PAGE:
Warning Signs That You Need to Improve Your Omnichannel Strategy

Consumers want – and expect – a precise, efficient and personalized customer service experience every time they interact with a brand. They need to be able to shop, get information or troubleshoot from anywhere whenever they want. When brands don’t meet these expectations, they can lose their customer base as well as their reputation. By creating and employing an omnichannel strategy, you can provide customers with a reliable, consistent journey across every channel.

Omnichannel seamlessly integrates all avenues of support, including live chat, phone, email, mobile and social media, so that consumers can switch their contact channel midway through an issue and still pick up right where they left off. However, even companies that think they have an omnichannel strategy in place are still making big mistakes.

There are a lot of “blind” channels out there. Omnichannel is all about contact channels communicating with each other, not just two or three channels being able to sync. Having your live chat, email and phone teams able to provide seamless support isn’t good enough if mobile and social media are still on a multichannel strategy. This could mean that a customer could get far along in an issue using two channels, but then lose ground when switching to a third channel, requiring them to explain the issue from the beginning. If you’re going to adopt an omnichannel strategy, it has to be implemented across the board without any blindspots.

Another mistake companies make is not maximizing mobile channels as part of their omnichannel strategy. Today’s customers use mobile devices to do things like read emails or brand newsletters and window shop for items they want to buy later on, possibly from another device, like their computer. An omnichannel strategy should capture customer information when they’re on mobile and then use it to personalize their experience elsewhere.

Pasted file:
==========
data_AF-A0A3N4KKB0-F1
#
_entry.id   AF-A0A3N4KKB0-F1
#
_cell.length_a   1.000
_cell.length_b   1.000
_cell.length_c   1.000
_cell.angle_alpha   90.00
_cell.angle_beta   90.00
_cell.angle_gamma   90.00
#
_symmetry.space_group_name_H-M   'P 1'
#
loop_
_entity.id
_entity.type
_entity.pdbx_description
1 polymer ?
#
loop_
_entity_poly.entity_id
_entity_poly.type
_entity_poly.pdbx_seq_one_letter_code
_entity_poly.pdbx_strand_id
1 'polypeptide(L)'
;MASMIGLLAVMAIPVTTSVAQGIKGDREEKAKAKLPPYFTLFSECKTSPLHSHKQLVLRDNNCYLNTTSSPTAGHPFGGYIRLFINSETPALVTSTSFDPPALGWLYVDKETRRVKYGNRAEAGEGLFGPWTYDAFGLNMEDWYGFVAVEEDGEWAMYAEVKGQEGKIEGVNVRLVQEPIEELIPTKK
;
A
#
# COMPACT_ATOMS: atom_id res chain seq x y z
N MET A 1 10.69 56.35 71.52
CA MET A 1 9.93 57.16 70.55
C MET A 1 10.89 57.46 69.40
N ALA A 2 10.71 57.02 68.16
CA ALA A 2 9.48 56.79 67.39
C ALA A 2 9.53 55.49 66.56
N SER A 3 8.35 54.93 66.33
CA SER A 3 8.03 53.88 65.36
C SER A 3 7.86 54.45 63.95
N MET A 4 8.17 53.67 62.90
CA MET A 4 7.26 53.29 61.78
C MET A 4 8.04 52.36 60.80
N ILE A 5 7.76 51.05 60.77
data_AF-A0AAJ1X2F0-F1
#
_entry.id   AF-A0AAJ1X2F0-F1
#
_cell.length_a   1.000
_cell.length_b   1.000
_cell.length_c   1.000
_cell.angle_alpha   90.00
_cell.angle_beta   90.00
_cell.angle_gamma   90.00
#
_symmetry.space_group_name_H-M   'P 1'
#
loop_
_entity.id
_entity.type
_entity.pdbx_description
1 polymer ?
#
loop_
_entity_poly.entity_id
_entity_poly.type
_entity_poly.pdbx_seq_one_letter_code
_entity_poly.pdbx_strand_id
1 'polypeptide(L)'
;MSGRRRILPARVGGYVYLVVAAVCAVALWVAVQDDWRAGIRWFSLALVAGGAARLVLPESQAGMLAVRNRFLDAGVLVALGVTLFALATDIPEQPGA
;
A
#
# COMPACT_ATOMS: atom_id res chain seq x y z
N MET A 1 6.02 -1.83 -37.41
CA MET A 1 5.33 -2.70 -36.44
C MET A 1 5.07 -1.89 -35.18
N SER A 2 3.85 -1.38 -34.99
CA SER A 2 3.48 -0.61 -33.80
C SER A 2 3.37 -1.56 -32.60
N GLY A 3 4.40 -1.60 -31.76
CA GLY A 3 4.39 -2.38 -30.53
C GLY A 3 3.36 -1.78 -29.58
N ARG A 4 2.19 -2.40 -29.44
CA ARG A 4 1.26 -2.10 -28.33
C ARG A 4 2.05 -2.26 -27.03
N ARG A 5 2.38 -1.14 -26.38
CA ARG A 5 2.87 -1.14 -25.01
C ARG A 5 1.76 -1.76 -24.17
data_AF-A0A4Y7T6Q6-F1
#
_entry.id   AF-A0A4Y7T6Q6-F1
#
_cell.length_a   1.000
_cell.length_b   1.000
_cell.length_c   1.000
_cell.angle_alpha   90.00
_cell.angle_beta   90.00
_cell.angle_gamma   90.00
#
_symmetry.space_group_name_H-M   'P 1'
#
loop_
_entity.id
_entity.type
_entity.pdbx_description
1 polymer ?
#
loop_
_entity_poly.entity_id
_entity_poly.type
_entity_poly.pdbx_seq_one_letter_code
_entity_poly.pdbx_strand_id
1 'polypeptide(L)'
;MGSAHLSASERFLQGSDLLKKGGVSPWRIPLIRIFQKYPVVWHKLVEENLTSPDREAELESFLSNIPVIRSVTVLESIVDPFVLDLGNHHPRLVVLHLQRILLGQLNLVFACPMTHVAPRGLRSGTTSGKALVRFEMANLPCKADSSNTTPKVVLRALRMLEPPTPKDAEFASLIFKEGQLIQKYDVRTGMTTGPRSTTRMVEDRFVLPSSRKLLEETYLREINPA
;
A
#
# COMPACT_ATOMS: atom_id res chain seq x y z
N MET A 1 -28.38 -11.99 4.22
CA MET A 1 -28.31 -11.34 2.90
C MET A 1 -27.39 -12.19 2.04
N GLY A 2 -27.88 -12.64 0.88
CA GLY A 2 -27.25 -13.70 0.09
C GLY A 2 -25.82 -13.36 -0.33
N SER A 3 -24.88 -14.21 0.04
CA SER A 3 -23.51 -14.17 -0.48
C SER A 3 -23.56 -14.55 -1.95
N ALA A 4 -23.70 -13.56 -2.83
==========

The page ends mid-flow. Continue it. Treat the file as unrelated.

For example, when a customer clicks an item in a shop’s mobile app, that same item can pop up the next time the customer visits the website from their laptop (where they’re more likely to make the purchase). The customer can get an offer for something like special pricing or free shipping in order to encourage them to make the purchase. In this way, the customer can begin the shopping experience on one channel and then pick it up on another channel at some point in the future.

How to Determine Whether a Contact Center Enhances the Customer Experience…or Detracts from it

It’s no secret …every time that a customer is involved with a company, they are evaluating whether to continue doing business with it. This makes every interaction critical, whether it’s a simple transactional exchange or high-impact conversation. Each interaction provides an opportunity to deliver the best possible customer experience, but it also presents the danger of a creating a negative impression that permanently damages the relationship. The contact center is of course the pivotal point of that customer journey. When agents don’t have the right tools, a business doesn’t just miss out on the chance to make a good impression, it could actually lose customers.

But how can an organization objectively and accurately evaluate how effective their contact center solution is in enabling a superior customer experience? Factors that need to be taken into consideration include:

  • Channel capabilities. Are customers able to reach out to the business via a variety of key methods, beyond just voice and IVR, such as web, chat email, text, social media and mobile? Are there preference management options in place that allow customers to consistently access their channel of choice? Are agents trained to guide interactions through multiple contact channels?
  • Convenience/speed/self-service. Does the IVR recognize callers based on their phone number? Does it use Natural Language to better understand responses? Do agents have access to all necessary data, such as account information and contact history, across all channels? Is first contact resolution currently being measured and if so, how high is the rate?
  • Caller satisfaction/Customer journey. Are customer expectations as they apply to the contact center being analyzed? Is customer satisfaction currently being measured? Is agent performance being tracked as it relates to stated business objectives? Is the customer journey being mapped and if so, are common customer pain points and key moments being identified?

No two organizations will have the same answers to these questions. Almost all companies operate at a different level of technology. But every business can benefit from gaining a comprehensive overview of the experience its contact center provides, and from exploring the many ways it can be improved. Take part in a complimentary interactive workshop  that will offer an individualized internal analysis which can be used to help plan for necessary improvements.